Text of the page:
Thursday, July 22, 2010


I had to run into town this morning. Nothing new there, I go to town (probably) too least according to my wife. I usually come home with something to make the trip worthwhile, though.

This morning, I was in buying gas when a friend told me about some "Straw Logs" that had served their purpose, and were being thrown away. He had heard that I had an area that the cows had started a little bit of erosion, and figured these would come in handy.


Actually, OUR cows didn't start it - the "renter cows" we had in the area a few years ago, did. There was a semi-permanent-temporary fence corner there (which has since been removed....), and the cows just got used to beating a trail around it. After that, nature took over.

God has things like that happen, just to keep us on our toes!

At any rate, I need to come up with some stone "rip-rap" and a little dirt. With these logs, It will be a pretty easy thing to get the erosion stopped. I came home with 8 of them - each about 16" in diameter, and 8' long. I'll stick them somewhere out of the weather for a bit, until I can get time to work with them.

This week has been fairly busy -

Training the cow to let down her milk...
Feeding the Monster Goat Orfinks...
Finding the new calf so he will lead mom into the stanchion...
Training a goat to keep her &%$#@& head out of a fence (she is walking around now, with a PVC pipe taped to her horns to help remind her that her head belongs on the same side of the fence as her body...)...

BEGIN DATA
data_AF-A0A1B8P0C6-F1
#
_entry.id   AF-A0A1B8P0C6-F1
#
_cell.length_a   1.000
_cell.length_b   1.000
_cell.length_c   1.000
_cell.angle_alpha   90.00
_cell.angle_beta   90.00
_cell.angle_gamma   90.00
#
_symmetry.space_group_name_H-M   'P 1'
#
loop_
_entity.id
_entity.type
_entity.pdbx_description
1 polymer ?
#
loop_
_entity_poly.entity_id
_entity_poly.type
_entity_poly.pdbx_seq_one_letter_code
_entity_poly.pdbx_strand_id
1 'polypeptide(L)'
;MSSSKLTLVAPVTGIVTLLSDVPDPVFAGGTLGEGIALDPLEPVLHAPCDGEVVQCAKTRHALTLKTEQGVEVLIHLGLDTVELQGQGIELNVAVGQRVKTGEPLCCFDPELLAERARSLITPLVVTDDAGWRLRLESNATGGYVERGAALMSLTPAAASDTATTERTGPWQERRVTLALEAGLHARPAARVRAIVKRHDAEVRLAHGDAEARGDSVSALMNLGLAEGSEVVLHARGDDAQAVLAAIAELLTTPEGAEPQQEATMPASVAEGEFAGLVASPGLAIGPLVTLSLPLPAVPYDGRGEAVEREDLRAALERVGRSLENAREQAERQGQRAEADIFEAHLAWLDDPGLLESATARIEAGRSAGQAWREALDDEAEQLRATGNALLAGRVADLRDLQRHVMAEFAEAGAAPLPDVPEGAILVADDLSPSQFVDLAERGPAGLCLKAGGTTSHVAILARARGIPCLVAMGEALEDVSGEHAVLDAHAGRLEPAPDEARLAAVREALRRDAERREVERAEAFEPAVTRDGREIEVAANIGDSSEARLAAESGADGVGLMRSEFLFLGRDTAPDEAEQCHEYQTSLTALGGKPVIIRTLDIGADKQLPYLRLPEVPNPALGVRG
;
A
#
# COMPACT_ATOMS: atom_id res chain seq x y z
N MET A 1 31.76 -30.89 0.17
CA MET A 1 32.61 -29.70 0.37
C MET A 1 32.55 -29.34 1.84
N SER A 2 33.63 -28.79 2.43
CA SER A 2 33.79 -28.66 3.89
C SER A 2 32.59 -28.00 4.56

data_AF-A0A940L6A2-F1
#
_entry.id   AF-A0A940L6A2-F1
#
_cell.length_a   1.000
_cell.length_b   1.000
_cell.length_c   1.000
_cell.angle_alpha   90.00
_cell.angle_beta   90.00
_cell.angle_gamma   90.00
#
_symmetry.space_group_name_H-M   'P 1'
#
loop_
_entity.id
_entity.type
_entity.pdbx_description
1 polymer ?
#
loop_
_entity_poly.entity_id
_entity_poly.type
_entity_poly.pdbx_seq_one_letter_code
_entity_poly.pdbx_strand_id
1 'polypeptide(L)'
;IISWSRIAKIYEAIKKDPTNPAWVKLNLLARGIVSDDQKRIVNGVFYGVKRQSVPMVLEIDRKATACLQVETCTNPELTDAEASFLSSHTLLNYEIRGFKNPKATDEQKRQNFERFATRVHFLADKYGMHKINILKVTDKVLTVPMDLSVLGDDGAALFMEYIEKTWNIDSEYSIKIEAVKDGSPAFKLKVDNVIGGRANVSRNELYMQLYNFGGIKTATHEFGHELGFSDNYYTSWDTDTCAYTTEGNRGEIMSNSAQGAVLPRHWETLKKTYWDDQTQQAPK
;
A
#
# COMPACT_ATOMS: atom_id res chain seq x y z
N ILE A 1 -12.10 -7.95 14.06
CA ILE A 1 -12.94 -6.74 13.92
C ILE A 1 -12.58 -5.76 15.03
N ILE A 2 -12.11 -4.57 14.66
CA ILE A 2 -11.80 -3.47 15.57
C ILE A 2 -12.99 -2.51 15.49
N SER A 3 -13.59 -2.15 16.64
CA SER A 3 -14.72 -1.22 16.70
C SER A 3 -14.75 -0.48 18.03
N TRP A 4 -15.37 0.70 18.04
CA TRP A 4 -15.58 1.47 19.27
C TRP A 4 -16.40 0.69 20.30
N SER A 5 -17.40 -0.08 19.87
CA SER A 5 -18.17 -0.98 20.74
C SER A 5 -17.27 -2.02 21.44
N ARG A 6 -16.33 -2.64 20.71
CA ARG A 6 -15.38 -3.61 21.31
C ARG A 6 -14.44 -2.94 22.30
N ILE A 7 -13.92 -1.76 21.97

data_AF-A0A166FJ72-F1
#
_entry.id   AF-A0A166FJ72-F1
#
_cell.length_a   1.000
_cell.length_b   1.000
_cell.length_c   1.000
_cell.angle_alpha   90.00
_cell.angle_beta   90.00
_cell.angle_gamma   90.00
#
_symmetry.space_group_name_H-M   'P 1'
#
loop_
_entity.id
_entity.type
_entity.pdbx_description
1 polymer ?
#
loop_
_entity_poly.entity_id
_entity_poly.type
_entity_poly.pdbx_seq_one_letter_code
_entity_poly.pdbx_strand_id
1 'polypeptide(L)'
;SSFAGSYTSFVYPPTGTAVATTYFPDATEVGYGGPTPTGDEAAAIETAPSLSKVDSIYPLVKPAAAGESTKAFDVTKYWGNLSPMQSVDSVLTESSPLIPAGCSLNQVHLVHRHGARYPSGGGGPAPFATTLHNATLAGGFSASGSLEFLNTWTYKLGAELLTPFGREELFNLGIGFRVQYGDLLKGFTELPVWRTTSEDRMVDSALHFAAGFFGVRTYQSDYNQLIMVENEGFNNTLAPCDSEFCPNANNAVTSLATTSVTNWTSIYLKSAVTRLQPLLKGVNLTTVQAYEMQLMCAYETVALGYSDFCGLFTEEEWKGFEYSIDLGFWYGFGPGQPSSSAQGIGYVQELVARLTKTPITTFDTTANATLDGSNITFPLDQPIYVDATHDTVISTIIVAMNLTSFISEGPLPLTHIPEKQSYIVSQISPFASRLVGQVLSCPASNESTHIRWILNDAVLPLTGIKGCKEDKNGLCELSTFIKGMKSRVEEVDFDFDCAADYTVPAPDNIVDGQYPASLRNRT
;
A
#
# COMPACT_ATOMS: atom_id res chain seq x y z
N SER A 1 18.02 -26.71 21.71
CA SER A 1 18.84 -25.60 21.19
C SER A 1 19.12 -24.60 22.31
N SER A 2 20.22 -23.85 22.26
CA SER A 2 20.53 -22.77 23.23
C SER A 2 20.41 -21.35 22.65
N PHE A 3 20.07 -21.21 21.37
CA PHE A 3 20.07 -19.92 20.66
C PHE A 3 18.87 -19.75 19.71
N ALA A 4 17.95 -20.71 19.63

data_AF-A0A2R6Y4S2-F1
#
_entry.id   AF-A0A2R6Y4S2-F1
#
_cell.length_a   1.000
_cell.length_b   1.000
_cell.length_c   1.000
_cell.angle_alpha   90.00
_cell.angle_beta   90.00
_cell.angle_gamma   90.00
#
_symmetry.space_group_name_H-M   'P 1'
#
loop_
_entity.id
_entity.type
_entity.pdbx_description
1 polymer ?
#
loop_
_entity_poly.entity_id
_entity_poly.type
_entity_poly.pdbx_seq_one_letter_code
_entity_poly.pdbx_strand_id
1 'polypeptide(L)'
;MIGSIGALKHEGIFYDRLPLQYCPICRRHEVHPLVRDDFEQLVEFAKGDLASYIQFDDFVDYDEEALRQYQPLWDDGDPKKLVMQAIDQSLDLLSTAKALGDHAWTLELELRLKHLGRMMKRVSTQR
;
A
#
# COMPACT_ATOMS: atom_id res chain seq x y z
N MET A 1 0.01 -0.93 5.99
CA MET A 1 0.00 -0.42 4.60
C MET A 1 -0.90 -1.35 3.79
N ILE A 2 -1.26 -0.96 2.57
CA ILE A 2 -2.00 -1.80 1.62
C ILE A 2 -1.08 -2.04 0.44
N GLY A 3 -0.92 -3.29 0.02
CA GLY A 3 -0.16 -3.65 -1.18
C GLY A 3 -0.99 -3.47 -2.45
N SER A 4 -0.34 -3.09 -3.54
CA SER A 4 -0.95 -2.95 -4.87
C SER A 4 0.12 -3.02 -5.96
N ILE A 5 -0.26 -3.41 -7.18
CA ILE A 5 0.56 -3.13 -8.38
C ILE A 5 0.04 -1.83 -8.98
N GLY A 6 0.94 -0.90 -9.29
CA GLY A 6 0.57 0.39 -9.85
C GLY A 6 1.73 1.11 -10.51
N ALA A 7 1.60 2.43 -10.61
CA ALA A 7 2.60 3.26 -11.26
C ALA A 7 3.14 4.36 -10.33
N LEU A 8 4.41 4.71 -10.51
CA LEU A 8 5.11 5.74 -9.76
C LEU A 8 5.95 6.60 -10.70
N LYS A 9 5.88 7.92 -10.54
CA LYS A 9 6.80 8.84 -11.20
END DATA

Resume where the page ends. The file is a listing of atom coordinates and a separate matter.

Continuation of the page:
Rounding up pieces for a milk machine....
and general "stuff" around the farm.

On Tuesday, I decided to go to an old dairy close to here, and ask a few questions. One of the amazing things is - in 1950, there were 147 dairies in THIS COUNTY alone.

By 2000, there were ZERO.

Today, there are few people who even have there own milk cow. THANKFULLY, this trend is now reversing, and people have begun to understand the importance of farm fresh foods, and how they differ from the "food" at the store.

This particular dairy had shut down several years ago, but still raises cattle - even some dairy. They were MORE than happy to answer any questions I had, and even gave me some spare parts for a DeLaval milker. I asked them if they happened to know where I could get a vacuum pump, and they took me to one in their barn. We managed to get it down from it's perch, and $10 later, I had it on the way home.

DeLaval Pump

It turned out to be a DeLaval number 73 pump. It looks/sounds to be in working order, I just need to clean it up, and get a motor.

It's amazing how some folks are. These gentlemen knew me from when I was in the 2nd grade, and started telling me stories about my Grandpa, Dad, and older brothers.

They told me to "Come on back, if you have any other questions!"

I'm PRETTY sure I'll be in contact in the near future!

We even have had another friend GIVE us most of a milking machine! It will need some new hoses and such, but it is mostly complete. Last night, I had a neighbor call and want a couple of holes for posts dug. So this afternoon, I'll head over to his place (about 2 1/2 miles away) and sling some dirt for him.

In return, he's giving me some scrap metal and other stuff. One of those things is a nice 4 wheel cart that will come in handy to mount the milk machine on.

Amazing how things come together, isn't it?

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